Great Lakes History in the Making:
Our take on Waukesha
By: Elizabeth Cisar, Senior Environment Program Officer
This week, the Governors of the Great Lakes states decided that Waukesha, Wisconsin can divert water from Lake Michigan for its public water system. Representatives of the Governors serve as the Great Lakes Compact Council, a body created in 2008 under state and federal law to protect and manage the Great Lakes.
Since 2005, Waukesha has been seeking approval of a request to use water from Lake Michigan because the city had radium in its groundwater. Waukesha sought Lake Michigan water to avoid costly treatment and support future growth. Waukesha’s pumping of lots of water from a deep aquifer is also pulling water from the Lake Michigan basin and could have harmed inland lakes. On the flipside, Waukesha’s use of Lake Michigan water would mean returning treated wastewater to Lake Michigan through the Root River, impacting that river, communities along it, and Lake Michigan.
Many of us in the Great Lakes region have serious concerns about any diversion. The Compact requires that no reasonable alternative exist before a diversion be granted. Today, the Great Lakes states concluded a six-year process that weighed those concerns.
The debate about the application was intense and comprehensive and ultimately, the Great Lakes Compact Council approved Waukesha’s request, with conditions that set a high bar for future applications and protect the Great Lakes. This was a sound decision. Any suggestion that this decision says, “Heck yeah, come stick a straw in our Lakes!” is just wrong. Credit for this decision goes to the leaders of our states and provinces, our fellow citizens who voiced concerns, and the technical experts who dug into Waukesha’s request and took on tough questions about its impacts on people and places.
But we’re not done yet! Waukesha was the first community to ask for water and we learned a lot. We need to improve the process for evaluating future requests. Right now, the rules require just one official public hearing in the state requesting the water. Kudos to Michigan and Minnesota for hosting their own hearings, but nothing requires them to do so in the future. Citizens in Illinois, Indiana, New York, Ohio, Quebec, and Ontario had to travel or settle for submitting comments by mail or online. That’s not an equitable way to make sure everyone who cares about our Great Lakes can voice concerns about future diversions.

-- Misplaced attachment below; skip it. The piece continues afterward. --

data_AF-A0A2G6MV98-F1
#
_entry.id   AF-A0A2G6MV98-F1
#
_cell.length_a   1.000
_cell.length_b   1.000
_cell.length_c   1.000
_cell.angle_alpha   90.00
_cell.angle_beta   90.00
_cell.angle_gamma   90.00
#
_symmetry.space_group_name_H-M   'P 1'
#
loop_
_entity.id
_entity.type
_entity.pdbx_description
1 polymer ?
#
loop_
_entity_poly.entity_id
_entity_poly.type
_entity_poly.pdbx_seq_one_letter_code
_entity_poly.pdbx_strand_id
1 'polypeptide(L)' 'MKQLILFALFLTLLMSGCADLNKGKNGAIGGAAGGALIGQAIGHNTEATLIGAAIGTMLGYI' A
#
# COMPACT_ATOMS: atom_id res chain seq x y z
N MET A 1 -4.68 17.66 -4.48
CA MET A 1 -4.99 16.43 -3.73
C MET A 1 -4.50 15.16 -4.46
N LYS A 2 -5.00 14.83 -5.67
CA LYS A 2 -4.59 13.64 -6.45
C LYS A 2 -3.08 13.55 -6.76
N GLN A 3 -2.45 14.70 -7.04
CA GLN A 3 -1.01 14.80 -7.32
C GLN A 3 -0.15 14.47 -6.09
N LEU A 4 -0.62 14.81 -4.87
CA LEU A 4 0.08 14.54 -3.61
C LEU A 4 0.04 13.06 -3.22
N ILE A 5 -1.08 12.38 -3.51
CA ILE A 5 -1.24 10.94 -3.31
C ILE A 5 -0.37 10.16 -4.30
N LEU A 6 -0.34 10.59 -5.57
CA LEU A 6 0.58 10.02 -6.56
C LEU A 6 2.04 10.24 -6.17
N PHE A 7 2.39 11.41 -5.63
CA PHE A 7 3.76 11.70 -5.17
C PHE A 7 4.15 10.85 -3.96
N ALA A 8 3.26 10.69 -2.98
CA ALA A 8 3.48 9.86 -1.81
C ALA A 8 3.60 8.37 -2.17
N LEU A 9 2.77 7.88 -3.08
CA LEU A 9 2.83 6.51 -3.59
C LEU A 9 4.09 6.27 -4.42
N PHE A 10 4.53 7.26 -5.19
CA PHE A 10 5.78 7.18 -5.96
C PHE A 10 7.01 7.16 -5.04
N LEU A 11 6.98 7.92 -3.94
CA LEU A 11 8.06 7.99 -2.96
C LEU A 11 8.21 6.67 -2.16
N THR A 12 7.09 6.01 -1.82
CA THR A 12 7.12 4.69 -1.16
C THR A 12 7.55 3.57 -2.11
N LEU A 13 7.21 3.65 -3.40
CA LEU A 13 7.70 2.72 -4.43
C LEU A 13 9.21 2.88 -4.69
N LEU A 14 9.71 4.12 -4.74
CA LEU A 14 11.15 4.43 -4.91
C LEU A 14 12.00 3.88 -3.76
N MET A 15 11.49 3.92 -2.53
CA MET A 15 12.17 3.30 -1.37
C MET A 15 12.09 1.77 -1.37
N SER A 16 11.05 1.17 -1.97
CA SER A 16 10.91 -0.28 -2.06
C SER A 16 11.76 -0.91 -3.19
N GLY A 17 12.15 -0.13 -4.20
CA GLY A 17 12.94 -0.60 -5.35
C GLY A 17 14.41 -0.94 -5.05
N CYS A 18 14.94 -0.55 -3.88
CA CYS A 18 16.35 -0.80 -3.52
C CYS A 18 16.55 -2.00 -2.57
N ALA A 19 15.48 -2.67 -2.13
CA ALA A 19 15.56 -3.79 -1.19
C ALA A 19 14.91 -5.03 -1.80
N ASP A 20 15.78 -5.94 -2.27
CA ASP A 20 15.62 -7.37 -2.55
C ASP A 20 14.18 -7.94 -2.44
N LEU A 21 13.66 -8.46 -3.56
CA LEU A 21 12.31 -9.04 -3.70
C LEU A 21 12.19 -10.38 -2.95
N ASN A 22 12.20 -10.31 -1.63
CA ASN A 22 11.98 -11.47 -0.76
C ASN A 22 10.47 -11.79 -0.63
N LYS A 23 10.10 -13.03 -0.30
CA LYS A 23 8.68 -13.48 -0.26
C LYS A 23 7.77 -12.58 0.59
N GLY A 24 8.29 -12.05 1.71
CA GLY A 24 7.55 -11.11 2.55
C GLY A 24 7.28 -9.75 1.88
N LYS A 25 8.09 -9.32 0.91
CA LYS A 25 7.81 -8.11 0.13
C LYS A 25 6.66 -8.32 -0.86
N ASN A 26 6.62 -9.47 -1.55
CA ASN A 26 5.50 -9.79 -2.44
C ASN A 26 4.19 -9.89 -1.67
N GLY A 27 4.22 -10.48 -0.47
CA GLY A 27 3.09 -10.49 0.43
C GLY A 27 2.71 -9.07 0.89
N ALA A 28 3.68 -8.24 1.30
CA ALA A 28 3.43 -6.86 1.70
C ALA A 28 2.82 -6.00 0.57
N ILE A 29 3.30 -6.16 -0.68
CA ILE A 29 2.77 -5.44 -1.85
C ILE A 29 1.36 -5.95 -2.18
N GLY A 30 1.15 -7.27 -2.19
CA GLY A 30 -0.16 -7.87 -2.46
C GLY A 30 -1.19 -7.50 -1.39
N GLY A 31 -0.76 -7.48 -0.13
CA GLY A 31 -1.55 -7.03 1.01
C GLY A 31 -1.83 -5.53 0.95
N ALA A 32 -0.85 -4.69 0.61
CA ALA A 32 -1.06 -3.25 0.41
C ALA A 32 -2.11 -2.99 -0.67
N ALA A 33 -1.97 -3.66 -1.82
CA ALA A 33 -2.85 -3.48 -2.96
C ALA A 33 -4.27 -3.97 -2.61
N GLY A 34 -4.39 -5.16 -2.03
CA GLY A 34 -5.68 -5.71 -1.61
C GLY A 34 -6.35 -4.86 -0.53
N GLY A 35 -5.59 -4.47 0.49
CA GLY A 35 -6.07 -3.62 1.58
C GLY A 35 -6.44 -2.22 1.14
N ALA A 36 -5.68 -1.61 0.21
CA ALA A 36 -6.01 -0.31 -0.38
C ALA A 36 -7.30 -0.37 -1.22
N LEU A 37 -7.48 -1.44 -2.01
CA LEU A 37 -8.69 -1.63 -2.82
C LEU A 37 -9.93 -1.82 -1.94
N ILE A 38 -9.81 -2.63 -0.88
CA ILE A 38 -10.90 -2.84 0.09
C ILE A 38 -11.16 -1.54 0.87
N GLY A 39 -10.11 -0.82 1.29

Even more important, we’ve got to make room for public comment and review once the real negotiating begins. After the public comment period closes, the process calls for representatives of all the states and provinces to meet and see if they agree on the scientific and legal qualifications of a request. We saw some Grade A work this time from Michigan, Minnesota, New York, and Ontario on the science and the law. Ohio skillfully chaired those discussions and the process. But, the public didn’t have a meaningful opportunity to review this work and comment on it. And, the work was substantial — without the conditions established during these deliberations, the application would not comply with the Compact. Limitations of the volume of the diversion and the area it will serve send a clear message that Great Lakes water cannot be used to support sprawling growth. Strong standards for cleaning up water being returned will protect communities on the Root River and Lake Michigan. And, serious monitoring and enforcement provisions ensure that Wisconsin must comply with the conditions. This time, the process ended in a good place, but we’ve got to find a way that allows the public an opportunity to comment on deliberations in the future.
There was intense pressure on the participating states to work fast — to review and respond to technical information with very little time for consultation with their experts and their leadership. At times it felt like the process put a thumb on the scale for approval. That we cannot have. We need a review process that isn’t endless and still provides for public comment on the deliberations. It won’t be easy, and will likely extend the review period and increase costs, but protecting the Great Lakes is worth it.
I and my colleagues at the Joyce Foundation look forward to a robust discussion about how we can work together to make that happen.